Thursday, 2 August 2012

Books Read in July

July was a pretty good month for me in terms of reading, mostly due to the fact I was on holidays for the most part. 
Surprisingly, a lot of the books I read were fairly good, with quite a handful becoming my favourites--for example, the books by Ilona Andrews and Catherynne M. Valente. Sadly, I also read Fifty Shades of Grey, which, as you can probably tell from my last post, I did not enjoy at all.

* indicates a favourite
~ indicates a graphic novel/manga

1. Magic Bites (Kate Daniels, #1) - Ilona Andrews *
2. Public Scrutiny (Ultimate Spiderman, #5) - Brian Michael Bendis ~
3. Yume No Hon: The Book of Dreams - Catherynne M. Valente *
4. Rampant (Killer Unicorns, #1) - Diana Peterfreund
4. Like Mandarin - Kirsten Hubbard
5. Venom (Ultimate Spiderman, #6) - Brian Michael Bendis ~
6. Morning Glories, vol 2. - Nick Spenser ~*
7. Magic Burns (Kate Daniels, #2) - Ilona Andrews *
8. Magic Strikes (Kate Daniels, #3) - Ilona Andrews *
9. The Bloody Chamber - Angela Carter
10. The Purity Myth - Jessica Valenti
11. Fifty Shades of Grey (Fifty Shades of Grey, #1) - E.L. James
12. Puberty Blues - Kathy Lette (reread)
13. Deathless - Catherynne M. Valente *
14. Go Ask Alice - Anonymous
15. The Springsweet (The Vespertine, #2) - Saundra Mitchell
16. Darkly Dreaming Dexter (Dexter, #1) - Jeff Lindsay
17. The Cement Garden - Ian McEwan
18. Fragile Things - Neil Gaiman
19. Serpent's Kiss (The Beauchamp Family, #2) - Melissa de la Cruz
20.  Cunt: A Declaration of Independence - Inga Muscio
21. The Ersatz Elevator (A Series of Unfortunate Events, #6) - Lemony Snicket
22. Magic Bleeds (Kate Daniels, #4) - Ilona Andrews *

Fifty Shades of Feminism

As a feminist and a book-lover, it should come as no surprise that I read this book. Fifty Shades of Grey, the erotic bestselling novel that started life out on, is one of those books that starts trends. Just like Harry Potter, Twilight and The Hunger Games.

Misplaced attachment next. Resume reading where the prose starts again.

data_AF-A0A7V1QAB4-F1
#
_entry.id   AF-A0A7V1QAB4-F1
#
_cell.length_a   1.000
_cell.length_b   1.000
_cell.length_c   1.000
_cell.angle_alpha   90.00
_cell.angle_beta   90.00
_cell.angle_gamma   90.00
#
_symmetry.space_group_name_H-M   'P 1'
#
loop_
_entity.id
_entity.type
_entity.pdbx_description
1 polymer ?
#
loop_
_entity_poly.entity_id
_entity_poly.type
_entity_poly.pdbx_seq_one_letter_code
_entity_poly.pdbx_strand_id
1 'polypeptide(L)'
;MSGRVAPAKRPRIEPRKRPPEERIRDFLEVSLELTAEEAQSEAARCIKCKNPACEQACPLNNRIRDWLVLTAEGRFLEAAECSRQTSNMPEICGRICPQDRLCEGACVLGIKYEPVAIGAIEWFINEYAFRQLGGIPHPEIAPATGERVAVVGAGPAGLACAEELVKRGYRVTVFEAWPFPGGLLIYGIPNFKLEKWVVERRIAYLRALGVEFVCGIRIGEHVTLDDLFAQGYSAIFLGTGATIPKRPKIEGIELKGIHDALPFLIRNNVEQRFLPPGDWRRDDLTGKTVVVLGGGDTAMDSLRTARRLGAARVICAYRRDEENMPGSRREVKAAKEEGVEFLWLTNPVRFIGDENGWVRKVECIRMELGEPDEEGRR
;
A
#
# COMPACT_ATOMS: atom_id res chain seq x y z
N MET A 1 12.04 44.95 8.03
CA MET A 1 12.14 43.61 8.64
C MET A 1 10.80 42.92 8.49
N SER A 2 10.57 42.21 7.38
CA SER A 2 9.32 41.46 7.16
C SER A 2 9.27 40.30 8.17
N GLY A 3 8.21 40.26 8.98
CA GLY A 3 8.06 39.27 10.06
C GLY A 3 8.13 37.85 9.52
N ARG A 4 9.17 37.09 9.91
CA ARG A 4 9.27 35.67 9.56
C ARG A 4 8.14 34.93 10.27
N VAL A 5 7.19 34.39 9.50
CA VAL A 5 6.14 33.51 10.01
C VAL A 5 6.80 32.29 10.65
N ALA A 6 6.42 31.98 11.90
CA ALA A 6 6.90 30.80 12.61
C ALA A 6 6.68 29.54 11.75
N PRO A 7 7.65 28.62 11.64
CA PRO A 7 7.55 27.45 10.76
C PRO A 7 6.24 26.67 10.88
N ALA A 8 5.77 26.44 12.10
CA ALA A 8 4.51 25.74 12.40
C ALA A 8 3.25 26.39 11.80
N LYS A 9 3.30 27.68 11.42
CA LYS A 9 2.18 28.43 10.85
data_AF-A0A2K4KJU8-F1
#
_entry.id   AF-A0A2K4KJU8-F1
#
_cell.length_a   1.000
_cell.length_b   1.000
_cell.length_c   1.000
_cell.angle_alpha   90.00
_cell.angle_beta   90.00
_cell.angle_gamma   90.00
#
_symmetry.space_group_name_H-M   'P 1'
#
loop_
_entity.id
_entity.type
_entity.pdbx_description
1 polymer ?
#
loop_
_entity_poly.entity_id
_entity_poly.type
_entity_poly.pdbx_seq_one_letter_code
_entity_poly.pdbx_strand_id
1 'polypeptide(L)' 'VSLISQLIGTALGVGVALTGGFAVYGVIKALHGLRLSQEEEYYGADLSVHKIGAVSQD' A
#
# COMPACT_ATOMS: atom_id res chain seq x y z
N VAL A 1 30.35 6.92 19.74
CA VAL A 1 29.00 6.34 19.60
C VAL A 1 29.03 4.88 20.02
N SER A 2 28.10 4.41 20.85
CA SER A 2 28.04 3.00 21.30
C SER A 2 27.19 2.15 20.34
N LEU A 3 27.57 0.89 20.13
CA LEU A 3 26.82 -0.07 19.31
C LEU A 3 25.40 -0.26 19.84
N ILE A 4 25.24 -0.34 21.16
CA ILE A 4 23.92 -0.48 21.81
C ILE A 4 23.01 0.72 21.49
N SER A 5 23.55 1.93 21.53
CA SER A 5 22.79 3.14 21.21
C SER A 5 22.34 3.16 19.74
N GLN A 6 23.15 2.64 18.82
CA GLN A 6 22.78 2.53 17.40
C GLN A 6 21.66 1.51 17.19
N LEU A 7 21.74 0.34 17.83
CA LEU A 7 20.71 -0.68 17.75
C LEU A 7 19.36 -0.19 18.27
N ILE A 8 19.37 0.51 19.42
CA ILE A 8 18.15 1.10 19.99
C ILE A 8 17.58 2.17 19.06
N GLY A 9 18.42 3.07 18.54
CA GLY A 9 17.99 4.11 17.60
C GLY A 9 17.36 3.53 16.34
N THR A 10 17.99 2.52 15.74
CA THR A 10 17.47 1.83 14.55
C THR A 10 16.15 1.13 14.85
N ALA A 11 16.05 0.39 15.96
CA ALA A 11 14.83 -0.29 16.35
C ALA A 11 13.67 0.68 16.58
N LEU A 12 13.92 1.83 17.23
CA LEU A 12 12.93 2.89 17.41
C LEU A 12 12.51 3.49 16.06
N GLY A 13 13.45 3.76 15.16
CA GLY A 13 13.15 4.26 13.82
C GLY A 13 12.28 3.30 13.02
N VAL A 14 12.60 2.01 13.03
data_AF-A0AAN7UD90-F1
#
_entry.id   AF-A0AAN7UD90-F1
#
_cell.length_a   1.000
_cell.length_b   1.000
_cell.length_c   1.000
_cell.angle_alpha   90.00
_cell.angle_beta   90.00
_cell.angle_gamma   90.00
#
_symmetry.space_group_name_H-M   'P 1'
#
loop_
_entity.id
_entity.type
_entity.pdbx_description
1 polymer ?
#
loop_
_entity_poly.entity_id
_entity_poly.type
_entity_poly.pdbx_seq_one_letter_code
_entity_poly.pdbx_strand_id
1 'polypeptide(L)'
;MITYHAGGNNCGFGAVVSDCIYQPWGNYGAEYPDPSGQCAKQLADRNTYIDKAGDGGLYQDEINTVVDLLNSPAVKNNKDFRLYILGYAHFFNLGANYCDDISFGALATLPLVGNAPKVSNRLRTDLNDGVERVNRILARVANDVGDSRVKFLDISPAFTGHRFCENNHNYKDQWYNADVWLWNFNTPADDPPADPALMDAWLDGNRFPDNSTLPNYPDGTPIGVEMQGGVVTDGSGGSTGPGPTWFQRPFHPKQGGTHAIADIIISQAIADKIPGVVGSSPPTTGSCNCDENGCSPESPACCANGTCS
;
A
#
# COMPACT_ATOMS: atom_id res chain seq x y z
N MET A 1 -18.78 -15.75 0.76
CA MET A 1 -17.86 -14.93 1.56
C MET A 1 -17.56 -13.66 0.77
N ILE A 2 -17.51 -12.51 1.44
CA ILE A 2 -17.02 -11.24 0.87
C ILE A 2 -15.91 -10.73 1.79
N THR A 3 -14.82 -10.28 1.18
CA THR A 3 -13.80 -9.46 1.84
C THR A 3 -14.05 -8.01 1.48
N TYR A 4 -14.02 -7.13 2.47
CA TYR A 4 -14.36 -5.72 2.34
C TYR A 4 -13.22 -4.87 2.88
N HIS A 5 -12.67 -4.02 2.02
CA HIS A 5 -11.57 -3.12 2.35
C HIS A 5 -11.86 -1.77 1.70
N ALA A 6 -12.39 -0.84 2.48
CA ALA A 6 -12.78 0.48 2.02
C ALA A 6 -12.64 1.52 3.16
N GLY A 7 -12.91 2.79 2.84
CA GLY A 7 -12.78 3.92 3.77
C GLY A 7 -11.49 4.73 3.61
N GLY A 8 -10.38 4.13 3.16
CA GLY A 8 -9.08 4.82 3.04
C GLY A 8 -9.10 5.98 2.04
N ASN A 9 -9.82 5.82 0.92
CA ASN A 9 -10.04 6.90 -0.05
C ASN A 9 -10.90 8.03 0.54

But what makes it so popular? After all, there are thousands of books that are written far better, have more enticing sex scenes, and have believable characters. Honestly, this whole craze is a conundrum.

This isn’t a review, so much as a commentary on the popularity of 50 Shades, and how it appropriates misogyny, abusive relationships, and rape. Basically, a feminist rant about all the bad things about the book. You have been warned.

So, I guess I’ll just jump right into it:

Christian Grey is an abusive, manipulating rapist.

There is no way around it. That’s what it is.

Anastasia Steel is a twenty-year-old woman, about to graduate from college, when she meets the apparently sexy Christian Grey. She does the typical high-school do-I-like-him? Does-he-like-me? spiel, and they end up together. Whatever.

Let’s talk about how this oh-so romantic relationship is abusive, shall we?

Right from the get-go, Christian is controlling of Ana, from what she wears, what she eats, to whether she shaves or waxes any part of her body. When they go out to a restaurant, this is what happens:
"Two glasses of the Pinot Grigio," Christian says with a voice of authority. I purse my lips, exasperated.
"What?" he snaps.
"I wanted a Diet Coke," I whisper.
His gray eyes narrow and he shakes his head. "The Pinot Grigio here is a decent wine. It will go well with the meal, whatever we get," he says patiently. -pg 152

 Okay, so he doesn't let her choose her own drink, and completely dismisses her when she speaks up. There are many other instances of him having total control of her actions. She is never her own person, and she proves that she's very vulnerable to being manipulated, as we see from the very first page, when her best friend makes her interview Mr Grey, even though Ana doesn't want to.
When Christian finds out that she wants to go to Georgia to visit her mother, he even tries to guilt trip her into not going. She wants to see her own mother! Seriously.

Christian knows that Ana is insecure, and he uses that insecurity to his advantage, much in the way most abusers do. He manipulates Ana into doing what she wants by withholding emotional affection from her, which he knows is what she really wants. It is in this way that he gets her to agree to sign the contract, and to try out the kinky stuff that she's expressed multiple times that she's not comfortable with.
The amount of times that Ana has begged Christian not to be angry with her is appalling, over the tiniest things, from having a male friend, driving her car, and wanting to see her own mother. She is often terrified of him leaving her because of something she's done--usually something insignificant like one of the things I've listed.